The defensiveness of comic book aficionados bears some relation to the wary, self-loathing attitude I've sometimes encountered among advertising creatives. In their most confident moments, these ad guys firmly believe that their work is art. They can truthfully say that they have poured their souls into a thirty second TV commercial. And then that pesky Aquafresh logo pops up at the end--accompanied by an earnest, slo-mo shot of rainbowy toothpaste extruding from a tube. Details like that tend to cool a museum curator's jets.
Again, before you jump down my throat: There's no doubt that the very best comic book artists are genuine auteurs. Pop culture poets. Which makes it sad that much of the general populace, including many otherwise culturally aware folks, has never heard of Jack Kirby. Millions of people who watched The Avengers or the X-Men movies have no idea who he was. But he gave those beloved characters life, and molded their personalities. It's akin to adoring Elizabeth Bennet and Mr. Darcy in a Pride and Prejudice miniseries, yet remaining utterly blind to the existence of Jane Austen.
One of the more touching themes I've noticed at Comic-Con has been the effort to grant forgotten comic book creators their due. Panel after panel has paid solemn tribute to comics legends of yore. I watched a grown man get choked up as he recalled that Captain America co-creator Joe Simon was buried with a red, white, and blue shield inside his casket. There was a panel devoted to Bill Finger, the co-creator of Batman, who was denied official credit by his schmucky partner Bob Kane. Complaining that they don't expect to see Finger's name listed in the credits for the new Batman movie, the panelists urged us to give a symbolic "finger" when Kane's name appears. Another panel recounted the sad tale of Jerry Siegel and Joe Shuster, who invented Superman but then sold the rights for $130—70 years later, this is still the subject of an ongoing lawsuit.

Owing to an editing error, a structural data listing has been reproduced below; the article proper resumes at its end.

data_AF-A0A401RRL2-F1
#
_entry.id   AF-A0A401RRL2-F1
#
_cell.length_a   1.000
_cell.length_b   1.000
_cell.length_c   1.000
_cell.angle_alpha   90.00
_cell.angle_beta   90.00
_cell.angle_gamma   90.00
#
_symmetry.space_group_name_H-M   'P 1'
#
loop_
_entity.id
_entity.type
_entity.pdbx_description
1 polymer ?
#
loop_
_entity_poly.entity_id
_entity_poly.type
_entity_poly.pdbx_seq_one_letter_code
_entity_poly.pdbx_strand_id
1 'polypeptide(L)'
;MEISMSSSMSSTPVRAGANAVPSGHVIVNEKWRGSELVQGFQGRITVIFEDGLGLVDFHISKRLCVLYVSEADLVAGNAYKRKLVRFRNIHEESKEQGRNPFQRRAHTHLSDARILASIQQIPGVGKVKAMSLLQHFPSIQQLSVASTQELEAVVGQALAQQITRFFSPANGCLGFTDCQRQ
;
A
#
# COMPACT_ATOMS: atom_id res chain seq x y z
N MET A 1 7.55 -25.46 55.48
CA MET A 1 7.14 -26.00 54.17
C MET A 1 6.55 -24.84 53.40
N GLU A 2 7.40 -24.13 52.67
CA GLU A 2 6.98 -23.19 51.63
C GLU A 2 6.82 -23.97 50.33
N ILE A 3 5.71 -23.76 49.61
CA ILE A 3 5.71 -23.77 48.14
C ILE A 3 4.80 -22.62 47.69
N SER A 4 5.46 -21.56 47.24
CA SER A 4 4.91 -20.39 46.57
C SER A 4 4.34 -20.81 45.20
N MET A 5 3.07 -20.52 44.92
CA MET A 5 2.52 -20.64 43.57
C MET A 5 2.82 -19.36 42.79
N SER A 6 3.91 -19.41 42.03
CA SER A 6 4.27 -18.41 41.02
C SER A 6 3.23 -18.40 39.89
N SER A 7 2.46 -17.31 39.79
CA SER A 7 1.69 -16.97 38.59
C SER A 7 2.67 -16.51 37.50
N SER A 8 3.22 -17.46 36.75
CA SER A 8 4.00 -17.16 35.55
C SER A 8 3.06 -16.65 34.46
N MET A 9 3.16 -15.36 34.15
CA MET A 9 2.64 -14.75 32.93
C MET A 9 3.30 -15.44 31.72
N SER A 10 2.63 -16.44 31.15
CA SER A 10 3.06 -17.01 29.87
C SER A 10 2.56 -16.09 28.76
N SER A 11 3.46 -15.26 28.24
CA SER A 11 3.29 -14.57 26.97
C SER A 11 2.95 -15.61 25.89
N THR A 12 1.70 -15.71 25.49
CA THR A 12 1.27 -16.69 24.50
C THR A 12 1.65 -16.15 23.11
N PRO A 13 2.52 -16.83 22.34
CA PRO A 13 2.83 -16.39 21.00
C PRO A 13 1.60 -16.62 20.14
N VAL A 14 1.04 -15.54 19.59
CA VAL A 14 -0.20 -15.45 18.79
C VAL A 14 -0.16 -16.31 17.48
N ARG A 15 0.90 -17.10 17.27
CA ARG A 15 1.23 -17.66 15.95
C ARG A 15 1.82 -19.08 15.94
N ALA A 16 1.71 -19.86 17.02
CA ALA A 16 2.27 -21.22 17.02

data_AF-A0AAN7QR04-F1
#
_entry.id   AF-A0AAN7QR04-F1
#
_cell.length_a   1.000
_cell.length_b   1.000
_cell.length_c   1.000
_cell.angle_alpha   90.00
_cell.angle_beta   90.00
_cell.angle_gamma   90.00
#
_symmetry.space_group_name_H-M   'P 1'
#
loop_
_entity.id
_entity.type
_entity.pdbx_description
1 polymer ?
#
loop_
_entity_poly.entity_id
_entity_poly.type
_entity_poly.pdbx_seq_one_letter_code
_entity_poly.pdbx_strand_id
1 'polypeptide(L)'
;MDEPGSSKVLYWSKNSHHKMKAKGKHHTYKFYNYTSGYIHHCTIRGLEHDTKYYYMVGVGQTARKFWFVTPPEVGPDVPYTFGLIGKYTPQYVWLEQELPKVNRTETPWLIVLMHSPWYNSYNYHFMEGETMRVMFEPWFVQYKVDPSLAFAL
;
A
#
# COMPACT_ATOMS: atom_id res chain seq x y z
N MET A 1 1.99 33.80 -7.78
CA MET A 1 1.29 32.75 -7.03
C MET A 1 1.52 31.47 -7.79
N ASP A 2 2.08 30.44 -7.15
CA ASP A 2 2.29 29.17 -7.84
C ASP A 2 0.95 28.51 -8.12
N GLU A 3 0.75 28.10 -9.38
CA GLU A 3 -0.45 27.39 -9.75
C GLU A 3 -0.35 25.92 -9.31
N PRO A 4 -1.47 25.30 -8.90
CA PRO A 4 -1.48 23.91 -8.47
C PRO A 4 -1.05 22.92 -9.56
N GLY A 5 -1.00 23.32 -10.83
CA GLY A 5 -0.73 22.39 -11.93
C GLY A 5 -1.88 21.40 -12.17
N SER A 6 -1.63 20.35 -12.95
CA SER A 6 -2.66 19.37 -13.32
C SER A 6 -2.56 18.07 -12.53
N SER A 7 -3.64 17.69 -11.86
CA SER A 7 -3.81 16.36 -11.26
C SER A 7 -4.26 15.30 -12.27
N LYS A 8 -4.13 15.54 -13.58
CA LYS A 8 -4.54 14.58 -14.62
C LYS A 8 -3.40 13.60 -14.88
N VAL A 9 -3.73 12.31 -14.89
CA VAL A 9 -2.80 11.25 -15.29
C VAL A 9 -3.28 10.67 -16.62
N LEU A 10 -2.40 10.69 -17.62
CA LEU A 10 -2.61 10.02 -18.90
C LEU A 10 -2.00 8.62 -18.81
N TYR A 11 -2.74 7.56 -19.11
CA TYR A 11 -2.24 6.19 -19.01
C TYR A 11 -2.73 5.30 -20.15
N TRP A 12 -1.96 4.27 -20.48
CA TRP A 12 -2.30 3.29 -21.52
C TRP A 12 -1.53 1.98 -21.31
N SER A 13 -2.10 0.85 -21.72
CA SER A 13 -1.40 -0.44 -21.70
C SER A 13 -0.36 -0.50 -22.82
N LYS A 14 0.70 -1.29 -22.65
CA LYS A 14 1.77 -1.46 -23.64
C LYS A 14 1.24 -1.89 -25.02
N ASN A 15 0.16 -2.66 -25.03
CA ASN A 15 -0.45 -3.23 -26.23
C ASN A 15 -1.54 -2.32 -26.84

There remains some conflict between authors and publishers. Alan Moore, who wrote Watchmen, is furious that DC Comics is putting out a series of prequels against his wishes. I went to a panel that included several of the folks involved in making Before Watchmen, and they were brashly unapologetic about appropriating Moore's characters. (By the way, Moore's qualms aside, the prequels are fantastic. Mindblowing visual art. You should check them out.)
On the whole, though, life is much better these days for comic book creatives than it was in the golden years of the industry. They retain far more control over their works, and wield far more power in the boardroom. Robert Kirkman, for instance, has a producer credit on the AMC series derived from his comic book, The Walking Dead. He was made a partner at Image Comics, where he developed The Walking Dead, and later was able to launch his own imprint. By all accounts, he's raking it in.
John Layman, creator of the comic book Chew, told me he's in talks to turn it into a TV show. He didn't seem concerned that somebody out there might not be properly respecting his artistic legitimacy. When I asked him what he was most looking forward to this weekend at Comic-Con, his one-word answer was "Money."
Seth Stevenson is a frequent contributor to Slate. He is the author of Grounded: A Down to Earth Journey Around the World.